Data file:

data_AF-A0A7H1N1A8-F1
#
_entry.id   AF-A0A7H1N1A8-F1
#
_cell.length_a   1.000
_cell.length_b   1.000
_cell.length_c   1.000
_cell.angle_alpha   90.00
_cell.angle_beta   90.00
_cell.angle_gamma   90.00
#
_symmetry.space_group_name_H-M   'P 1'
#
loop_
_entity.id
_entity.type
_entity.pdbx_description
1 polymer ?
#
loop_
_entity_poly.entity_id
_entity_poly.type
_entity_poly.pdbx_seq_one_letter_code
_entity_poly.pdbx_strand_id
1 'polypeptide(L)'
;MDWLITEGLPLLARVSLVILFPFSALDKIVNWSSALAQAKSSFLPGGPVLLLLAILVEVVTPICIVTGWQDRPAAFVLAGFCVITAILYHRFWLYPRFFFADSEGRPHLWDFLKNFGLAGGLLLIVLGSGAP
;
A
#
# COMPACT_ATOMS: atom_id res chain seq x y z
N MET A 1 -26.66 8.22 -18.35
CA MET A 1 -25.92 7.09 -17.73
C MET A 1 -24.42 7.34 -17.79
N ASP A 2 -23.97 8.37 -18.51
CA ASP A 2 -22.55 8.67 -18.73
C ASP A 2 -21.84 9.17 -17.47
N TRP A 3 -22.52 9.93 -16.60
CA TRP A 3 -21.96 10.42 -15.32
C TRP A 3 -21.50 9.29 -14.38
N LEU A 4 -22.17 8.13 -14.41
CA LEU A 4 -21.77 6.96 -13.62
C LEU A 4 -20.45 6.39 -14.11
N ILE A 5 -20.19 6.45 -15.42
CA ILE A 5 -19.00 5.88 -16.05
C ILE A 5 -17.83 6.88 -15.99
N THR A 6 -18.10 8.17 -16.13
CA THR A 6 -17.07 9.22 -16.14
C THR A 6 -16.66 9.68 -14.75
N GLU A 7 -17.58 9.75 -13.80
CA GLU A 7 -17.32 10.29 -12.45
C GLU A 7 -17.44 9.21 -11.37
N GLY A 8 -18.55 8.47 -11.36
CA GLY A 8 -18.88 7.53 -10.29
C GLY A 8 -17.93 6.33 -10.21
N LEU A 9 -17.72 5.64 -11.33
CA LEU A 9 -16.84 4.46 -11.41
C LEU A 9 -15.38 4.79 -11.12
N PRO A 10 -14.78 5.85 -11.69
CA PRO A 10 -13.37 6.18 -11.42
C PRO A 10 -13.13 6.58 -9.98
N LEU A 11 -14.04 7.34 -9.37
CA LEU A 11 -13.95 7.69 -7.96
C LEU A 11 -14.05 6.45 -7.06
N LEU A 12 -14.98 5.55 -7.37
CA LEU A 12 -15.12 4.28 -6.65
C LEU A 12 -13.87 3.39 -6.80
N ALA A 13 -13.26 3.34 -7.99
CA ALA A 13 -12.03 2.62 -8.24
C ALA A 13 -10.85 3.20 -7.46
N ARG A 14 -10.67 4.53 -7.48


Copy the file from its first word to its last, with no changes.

data_AF-A0A7H1N1A8-F1
#
_entry.id   AF-A0A7H1N1A8-F1
#
_cell.length_a   1.000
_cell.length_b   1.000
_cell.length_c   1.000
_cell.angle_alpha   90.00
_cell.angle_beta   90.00
_cell.angle_gamma   90.00
#
_symmetry.space_group_name_H-M   'P 1'
#
loop_
_entity.id
_entity.type
_entity.pdbx_description
1 polymer ?
#
loop_
_entity_poly.entity_id
_entity_poly.type
_entity_poly.pdbx_seq_one_letter_code
_entity_poly.pdbx_strand_id
1 'polypeptide(L)'
;MDWLITEGLPLLARVSLVILFPFSALDKIVNWSSALAQAKSSFLPGGPVLLLLAILVEVVTPICIVTGWQDRPAAFVLAGFCVITAILYHRFWLYPRFFFADSEGRPHLWDFLKNFGLAGGLLLIVLGSGAP
;
A
#
# COMPACT_ATOMS: atom_id res chain seq x y z
N MET A 1 -26.66 8.22 -18.35
CA MET A 1 -25.92 7.09 -17.73
C MET A 1 -24.42 7.34 -17.79
N ASP A 2 -23.97 8.37 -18.51
CA ASP A 2 -22.55 8.67 -18.73
C ASP A 2 -21.84 9.17 -17.47
N TRP A 3 -22.52 9.93 -16.60
CA TRP A 3 -21.96 10.42 -15.32
C TRP A 3 -21.50 9.29 -14.38
N LEU A 4 -22.17 8.13 -14.41
CA LEU A 4 -21.77 6.96 -13.62
C LEU A 4 -20.45 6.39 -14.11
N ILE A 5 -20.19 6.45 -15.42
CA ILE A 5 -19.00 5.88 -16.05
C ILE A 5 -17.83 6.88 -15.99
N THR A 6 -18.10 8.17 -16.13
CA THR A 6 -17.07 9.22 -16.14
C THR A 6 -16.66 9.68 -14.75
N GLU A 7 -17.58 9.75 -13.80
CA GLU A 7 -17.32 10.29 -12.45
C GLU A 7 -17.44 9.21 -11.37
N GLY A 8 -18.55 8.47 -11.36
CA GLY A 8 -18.88 7.53 -10.29
C GLY A 8 -17.93 6.33 -10.21
N LEU A 9 -17.72 5.64 -11.33
CA LEU A 9 -16.84 4.46 -11.41
C LEU A 9 -15.38 4.79 -11.12
N PRO A 10 -14.78 5.85 -11.69
CA PRO A 10 -13.37 6.18 -11.42
C PRO A 10 -13.13 6.58 -9.98
N LEU A 11 -14.04 7.34 -9.37
CA LEU A 11 -13.95 7.69 -7.96
C LEU A 11 -14.05 6.45 -7.06
N LEU A 12 -14.98 5.55 -7.37
CA LEU A 12 -15.12 4.28 -6.65
C LEU A 12 -13.87 3.39 -6.80
N ALA A 13 -13.26 3.34 -7.99
CA ALA A 13 -12.03 2.62 -8.24
C ALA A 13 -10.85 3.20 -7.46
N ARG A 14 -10.67 4.53 -7.48